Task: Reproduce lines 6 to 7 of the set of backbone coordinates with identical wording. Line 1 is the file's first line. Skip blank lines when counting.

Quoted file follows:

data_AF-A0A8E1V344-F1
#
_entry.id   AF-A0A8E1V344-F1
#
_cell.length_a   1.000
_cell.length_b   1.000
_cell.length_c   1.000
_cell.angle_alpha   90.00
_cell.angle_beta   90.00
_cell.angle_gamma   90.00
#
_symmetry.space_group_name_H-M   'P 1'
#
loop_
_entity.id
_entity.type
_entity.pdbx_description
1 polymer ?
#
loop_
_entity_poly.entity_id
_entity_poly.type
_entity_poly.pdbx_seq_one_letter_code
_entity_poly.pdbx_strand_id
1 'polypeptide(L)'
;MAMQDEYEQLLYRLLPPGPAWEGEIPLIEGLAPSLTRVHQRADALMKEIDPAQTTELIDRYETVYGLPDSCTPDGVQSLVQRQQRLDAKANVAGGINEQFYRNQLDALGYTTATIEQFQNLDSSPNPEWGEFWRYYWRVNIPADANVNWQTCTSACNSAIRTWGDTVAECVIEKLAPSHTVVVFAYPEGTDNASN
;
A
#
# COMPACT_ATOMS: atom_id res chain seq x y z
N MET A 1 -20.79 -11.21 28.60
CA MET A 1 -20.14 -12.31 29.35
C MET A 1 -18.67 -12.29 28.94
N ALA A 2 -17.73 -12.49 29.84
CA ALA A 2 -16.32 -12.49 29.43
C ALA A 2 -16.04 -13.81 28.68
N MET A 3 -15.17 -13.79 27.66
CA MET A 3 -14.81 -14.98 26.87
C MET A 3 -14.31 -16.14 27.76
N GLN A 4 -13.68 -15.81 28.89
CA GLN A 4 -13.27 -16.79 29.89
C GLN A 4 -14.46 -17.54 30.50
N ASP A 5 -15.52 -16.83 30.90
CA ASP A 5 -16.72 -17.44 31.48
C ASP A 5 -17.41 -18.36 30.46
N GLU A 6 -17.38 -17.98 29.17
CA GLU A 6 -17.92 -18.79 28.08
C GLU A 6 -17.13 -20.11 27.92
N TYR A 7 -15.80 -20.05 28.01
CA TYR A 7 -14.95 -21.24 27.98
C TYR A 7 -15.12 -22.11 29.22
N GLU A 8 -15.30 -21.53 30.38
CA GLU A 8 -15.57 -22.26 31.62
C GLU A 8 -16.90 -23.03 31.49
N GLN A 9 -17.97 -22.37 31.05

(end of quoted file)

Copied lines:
_cell.length_b   1.000
_cell.length_c   1.000